Caring for a reel mower
Depending on the area being cut and frequency of use, a reel mower should be professionally sharpened and the clearance adjusted every one to two years. But how do you know who’s going to do a good job for you? Hutchinson suggested looking for someone who offers a guarantee. Then, ask how long they’ve been doing the job. A reputable sharpener should spend about 30 to 45 minutes on a mower, starting with a visual inspection for dings and divets, followed by careful sharpening of each scroll blade and the stationary blade. Some machines will need oiling and most will need to have the clearance adjusted.
Clearance refers to the infinitesimal distance between the stationary blade and scroll blades, and it needs to be just close enough to make gentle contact without grabbing. It also needs to be even from one side to the other. This process and the sharpening require an experienced hand and finesse. When the job has been done right, the blade edges will gleam and when the scroll spins, delicately hitting the stationary blade, it will sing.
Finding a reel mower
Making the switch is easy. Check out online classified ads for used reel mowers. Some might look old and worn out, but with a little spit and polish and sharpening, of course, it’s possible to find a good, well-made machine for a few bucks. New ones can be pricey—from $90 to, hold on now, $1,400!—but as far as Hutchinson is concerned, you really don’t need to spend more than $100 for a decent mower that should last a lifetime.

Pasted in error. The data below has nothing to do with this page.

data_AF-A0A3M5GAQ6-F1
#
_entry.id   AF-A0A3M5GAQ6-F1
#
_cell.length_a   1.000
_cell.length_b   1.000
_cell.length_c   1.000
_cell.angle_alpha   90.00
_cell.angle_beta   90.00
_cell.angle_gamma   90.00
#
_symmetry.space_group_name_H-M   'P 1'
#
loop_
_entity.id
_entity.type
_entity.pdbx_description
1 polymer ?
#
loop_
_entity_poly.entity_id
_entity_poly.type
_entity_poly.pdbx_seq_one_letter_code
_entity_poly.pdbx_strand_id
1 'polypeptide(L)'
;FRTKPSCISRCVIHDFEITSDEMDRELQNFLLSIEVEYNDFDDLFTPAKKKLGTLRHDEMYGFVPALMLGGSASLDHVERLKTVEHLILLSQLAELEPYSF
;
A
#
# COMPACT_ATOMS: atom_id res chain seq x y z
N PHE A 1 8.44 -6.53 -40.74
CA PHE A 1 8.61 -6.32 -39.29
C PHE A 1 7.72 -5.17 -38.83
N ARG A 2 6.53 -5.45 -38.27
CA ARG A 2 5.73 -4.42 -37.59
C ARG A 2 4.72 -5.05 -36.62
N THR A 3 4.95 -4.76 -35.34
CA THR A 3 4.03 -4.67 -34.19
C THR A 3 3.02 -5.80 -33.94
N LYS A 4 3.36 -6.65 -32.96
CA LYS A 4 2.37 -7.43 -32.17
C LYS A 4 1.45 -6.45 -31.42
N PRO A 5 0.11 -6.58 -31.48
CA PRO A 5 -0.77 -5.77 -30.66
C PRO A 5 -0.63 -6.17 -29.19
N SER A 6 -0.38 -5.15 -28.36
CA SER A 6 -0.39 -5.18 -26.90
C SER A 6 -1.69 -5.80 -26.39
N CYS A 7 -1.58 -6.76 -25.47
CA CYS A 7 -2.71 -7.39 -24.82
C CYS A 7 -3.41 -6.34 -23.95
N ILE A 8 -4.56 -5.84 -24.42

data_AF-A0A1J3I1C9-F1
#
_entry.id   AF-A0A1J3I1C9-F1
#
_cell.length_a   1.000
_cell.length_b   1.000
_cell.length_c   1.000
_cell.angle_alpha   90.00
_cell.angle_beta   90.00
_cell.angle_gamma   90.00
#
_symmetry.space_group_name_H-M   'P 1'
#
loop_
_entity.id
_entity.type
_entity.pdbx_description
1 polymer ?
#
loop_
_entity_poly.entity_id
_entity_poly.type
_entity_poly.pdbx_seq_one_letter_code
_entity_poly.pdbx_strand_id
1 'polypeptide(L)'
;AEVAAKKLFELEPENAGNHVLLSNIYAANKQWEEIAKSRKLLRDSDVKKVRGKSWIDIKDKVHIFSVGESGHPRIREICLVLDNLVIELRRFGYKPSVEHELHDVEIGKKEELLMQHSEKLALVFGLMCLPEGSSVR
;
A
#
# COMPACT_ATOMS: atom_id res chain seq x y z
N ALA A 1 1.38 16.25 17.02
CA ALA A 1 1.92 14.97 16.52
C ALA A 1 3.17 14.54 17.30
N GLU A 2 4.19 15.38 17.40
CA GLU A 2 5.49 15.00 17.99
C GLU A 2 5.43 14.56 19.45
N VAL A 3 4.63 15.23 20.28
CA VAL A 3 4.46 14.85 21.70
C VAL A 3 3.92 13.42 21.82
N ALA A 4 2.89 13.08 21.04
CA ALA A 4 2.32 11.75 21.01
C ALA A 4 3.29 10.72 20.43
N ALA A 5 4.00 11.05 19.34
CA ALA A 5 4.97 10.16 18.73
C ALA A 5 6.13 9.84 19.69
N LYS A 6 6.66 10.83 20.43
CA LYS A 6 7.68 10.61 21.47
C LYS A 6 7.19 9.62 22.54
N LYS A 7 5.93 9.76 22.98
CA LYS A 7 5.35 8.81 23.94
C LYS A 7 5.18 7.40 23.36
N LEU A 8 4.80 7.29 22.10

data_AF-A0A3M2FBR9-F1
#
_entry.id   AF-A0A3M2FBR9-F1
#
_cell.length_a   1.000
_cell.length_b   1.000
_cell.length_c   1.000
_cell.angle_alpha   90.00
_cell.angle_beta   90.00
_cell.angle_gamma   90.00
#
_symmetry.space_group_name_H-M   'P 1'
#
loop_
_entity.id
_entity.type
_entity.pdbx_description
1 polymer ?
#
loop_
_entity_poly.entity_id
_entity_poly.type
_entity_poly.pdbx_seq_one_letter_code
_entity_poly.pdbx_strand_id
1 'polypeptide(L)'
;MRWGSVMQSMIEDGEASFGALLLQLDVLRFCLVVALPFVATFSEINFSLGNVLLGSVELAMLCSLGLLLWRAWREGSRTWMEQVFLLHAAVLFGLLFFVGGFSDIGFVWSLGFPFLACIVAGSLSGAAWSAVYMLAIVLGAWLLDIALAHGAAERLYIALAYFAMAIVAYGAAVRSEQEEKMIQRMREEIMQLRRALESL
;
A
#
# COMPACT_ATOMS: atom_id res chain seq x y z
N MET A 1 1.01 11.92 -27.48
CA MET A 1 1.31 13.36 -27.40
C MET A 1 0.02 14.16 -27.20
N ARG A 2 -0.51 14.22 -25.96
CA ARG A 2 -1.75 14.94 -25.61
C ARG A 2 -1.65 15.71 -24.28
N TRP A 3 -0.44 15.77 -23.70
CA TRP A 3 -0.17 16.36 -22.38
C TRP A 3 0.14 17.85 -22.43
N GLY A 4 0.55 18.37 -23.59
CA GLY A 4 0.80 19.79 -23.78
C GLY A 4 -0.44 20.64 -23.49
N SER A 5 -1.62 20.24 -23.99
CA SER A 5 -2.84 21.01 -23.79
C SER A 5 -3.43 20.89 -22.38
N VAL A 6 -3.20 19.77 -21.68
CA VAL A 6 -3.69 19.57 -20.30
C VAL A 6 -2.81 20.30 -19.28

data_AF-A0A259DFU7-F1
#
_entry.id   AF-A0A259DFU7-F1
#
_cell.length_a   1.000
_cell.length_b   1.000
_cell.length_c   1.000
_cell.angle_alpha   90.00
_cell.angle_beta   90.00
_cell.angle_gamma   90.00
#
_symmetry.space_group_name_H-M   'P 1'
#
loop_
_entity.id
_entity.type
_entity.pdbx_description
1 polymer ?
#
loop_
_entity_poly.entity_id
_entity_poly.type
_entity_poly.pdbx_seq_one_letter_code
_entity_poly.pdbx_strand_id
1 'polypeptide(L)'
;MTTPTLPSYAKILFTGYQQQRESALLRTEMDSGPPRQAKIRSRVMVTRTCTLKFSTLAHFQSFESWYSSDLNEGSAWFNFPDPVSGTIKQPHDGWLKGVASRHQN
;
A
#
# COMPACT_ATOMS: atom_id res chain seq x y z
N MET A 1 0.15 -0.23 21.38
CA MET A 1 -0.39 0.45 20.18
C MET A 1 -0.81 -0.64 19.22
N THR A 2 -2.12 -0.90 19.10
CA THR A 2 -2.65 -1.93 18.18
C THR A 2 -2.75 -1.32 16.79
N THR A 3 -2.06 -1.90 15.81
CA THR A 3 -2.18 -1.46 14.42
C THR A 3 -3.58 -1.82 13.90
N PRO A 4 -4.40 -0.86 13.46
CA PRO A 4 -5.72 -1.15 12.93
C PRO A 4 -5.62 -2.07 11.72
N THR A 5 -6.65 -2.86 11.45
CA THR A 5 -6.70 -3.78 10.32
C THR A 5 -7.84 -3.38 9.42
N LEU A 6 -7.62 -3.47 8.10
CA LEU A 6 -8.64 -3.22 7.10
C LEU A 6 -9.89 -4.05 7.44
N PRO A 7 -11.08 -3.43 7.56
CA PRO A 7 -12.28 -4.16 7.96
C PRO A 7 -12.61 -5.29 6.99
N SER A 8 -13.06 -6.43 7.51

Keep it in good shape
Here are a few maintenance tips Hutchinson shared with us:
* Don’t cut wet or damp grass—it’s not good for the mower and it’s not good for the grass.
* Always brush off grass clippings when you’re done.
* Store your mower out of the elements.
* Oil the mower if it needs oiling, though many are self lubricating and do not require extra oil.
* And at the end of the summer, clean, dry and give it a good spray with canned oil, such as WD-40.
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